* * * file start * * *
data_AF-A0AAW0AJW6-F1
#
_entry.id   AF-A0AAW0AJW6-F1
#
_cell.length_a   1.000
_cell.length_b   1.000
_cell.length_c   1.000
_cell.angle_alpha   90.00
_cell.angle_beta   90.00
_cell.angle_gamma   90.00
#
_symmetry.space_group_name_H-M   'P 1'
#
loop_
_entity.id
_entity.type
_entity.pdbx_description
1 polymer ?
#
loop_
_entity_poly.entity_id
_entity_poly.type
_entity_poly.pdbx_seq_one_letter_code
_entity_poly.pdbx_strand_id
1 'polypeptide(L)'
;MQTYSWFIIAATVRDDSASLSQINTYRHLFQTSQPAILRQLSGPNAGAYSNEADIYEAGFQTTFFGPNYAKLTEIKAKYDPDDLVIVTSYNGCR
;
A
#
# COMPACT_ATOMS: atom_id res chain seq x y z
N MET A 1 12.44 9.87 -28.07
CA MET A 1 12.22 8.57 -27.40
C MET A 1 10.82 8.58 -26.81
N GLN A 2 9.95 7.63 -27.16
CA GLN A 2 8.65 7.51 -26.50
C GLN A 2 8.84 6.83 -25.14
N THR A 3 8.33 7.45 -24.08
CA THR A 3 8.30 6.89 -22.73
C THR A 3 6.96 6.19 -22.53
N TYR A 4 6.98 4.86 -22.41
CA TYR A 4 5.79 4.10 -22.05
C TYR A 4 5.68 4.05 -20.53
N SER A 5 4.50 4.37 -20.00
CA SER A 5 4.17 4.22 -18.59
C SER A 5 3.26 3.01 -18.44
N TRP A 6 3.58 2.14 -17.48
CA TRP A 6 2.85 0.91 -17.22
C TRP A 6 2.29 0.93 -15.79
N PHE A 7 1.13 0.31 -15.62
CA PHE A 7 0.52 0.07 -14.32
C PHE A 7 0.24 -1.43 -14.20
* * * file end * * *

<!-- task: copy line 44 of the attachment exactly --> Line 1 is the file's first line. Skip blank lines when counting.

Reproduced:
CA SER A 5 4.17 4.22 -18.59